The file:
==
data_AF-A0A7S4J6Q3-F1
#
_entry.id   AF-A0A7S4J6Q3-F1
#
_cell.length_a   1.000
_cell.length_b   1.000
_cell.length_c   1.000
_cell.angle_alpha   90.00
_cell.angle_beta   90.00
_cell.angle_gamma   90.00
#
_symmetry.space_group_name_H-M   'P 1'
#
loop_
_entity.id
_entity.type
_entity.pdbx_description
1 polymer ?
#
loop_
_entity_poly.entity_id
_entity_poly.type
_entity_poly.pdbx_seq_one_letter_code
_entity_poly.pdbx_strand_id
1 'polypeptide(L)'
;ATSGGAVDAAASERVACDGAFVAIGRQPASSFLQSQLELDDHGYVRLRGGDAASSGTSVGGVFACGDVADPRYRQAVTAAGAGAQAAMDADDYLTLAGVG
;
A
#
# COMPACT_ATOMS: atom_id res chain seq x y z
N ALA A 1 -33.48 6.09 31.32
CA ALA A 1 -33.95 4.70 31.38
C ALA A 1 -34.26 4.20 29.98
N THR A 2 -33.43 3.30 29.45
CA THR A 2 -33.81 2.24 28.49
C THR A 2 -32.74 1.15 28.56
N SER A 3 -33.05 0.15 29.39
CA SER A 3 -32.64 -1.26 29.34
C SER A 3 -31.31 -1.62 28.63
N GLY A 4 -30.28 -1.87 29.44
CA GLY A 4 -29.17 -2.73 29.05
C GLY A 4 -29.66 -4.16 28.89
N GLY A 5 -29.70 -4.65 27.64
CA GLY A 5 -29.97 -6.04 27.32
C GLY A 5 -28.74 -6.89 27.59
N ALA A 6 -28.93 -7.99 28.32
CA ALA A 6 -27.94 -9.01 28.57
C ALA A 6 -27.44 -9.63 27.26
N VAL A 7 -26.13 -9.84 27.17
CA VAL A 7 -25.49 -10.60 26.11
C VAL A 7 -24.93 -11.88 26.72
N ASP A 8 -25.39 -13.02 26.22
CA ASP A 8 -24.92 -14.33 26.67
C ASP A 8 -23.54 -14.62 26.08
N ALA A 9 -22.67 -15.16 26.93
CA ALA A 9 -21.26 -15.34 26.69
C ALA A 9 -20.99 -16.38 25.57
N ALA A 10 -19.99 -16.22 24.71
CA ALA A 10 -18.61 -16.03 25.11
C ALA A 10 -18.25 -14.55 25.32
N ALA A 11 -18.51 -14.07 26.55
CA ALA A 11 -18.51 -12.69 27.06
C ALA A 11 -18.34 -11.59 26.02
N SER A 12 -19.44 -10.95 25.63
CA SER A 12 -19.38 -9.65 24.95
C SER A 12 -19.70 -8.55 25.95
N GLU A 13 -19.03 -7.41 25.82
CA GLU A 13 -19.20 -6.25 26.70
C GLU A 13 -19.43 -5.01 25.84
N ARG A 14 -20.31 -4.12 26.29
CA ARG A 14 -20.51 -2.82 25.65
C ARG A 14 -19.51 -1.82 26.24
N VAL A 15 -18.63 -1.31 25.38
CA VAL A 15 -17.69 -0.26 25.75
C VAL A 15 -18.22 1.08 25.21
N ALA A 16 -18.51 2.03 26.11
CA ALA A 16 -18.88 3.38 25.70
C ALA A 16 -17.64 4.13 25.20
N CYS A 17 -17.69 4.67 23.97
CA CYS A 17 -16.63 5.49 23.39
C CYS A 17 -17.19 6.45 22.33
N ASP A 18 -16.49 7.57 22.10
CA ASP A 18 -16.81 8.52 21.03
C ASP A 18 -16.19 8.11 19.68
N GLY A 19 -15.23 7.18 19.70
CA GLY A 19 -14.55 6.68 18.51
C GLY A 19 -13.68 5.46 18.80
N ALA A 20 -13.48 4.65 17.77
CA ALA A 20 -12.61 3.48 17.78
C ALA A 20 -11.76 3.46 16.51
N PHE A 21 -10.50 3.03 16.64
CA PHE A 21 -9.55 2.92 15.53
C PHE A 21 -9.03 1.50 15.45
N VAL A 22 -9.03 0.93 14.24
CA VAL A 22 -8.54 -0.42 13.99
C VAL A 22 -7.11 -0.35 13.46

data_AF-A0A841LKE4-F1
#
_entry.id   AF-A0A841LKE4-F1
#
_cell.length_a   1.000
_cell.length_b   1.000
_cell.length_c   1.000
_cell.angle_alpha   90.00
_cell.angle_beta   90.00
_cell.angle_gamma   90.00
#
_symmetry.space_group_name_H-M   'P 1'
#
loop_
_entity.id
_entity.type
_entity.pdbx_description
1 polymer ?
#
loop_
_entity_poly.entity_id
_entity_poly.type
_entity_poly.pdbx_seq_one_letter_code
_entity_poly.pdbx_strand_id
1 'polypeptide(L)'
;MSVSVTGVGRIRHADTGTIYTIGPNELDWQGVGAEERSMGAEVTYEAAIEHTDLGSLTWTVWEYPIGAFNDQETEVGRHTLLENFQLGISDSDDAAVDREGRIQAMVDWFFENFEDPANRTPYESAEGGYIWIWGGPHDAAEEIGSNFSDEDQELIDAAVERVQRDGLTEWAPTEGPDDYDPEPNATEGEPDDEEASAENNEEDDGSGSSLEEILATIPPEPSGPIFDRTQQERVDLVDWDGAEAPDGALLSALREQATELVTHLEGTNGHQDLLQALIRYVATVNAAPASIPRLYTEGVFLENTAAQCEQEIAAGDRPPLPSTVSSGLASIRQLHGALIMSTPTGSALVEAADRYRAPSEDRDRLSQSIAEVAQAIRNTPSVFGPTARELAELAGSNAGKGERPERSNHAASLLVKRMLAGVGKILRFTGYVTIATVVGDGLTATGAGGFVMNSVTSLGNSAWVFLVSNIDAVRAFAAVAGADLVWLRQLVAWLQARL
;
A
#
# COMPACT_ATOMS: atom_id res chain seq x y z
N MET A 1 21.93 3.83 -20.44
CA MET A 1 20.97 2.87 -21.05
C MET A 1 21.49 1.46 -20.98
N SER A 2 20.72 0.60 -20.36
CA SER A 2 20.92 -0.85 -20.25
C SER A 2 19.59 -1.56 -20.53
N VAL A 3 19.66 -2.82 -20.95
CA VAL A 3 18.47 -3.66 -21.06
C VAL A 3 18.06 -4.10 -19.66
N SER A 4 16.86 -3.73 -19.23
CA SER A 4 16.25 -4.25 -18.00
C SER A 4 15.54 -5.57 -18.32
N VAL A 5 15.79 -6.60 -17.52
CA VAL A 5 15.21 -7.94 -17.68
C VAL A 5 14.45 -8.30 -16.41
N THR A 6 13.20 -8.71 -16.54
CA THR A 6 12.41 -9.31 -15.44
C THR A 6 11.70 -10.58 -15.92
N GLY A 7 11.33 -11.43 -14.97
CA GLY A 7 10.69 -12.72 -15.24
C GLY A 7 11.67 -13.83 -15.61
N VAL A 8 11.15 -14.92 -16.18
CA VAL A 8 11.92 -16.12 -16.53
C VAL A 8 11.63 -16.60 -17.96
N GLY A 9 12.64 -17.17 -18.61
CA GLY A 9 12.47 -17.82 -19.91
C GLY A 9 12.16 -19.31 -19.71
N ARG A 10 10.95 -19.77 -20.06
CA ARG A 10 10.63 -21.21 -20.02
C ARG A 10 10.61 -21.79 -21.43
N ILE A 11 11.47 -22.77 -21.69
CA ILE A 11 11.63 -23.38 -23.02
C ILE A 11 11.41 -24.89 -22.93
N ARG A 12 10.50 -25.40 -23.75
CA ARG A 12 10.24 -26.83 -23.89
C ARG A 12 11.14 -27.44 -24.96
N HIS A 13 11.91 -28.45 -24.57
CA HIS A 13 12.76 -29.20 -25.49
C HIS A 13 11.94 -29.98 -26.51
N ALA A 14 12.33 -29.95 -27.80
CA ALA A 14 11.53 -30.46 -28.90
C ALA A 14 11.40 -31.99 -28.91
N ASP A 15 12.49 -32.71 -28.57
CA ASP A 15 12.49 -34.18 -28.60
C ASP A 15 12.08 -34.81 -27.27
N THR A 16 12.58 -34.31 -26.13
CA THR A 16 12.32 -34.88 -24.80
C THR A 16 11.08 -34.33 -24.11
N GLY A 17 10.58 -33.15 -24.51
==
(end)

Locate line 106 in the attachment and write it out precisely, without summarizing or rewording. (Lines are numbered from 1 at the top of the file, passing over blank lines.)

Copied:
_cell.angle_gamma   90.00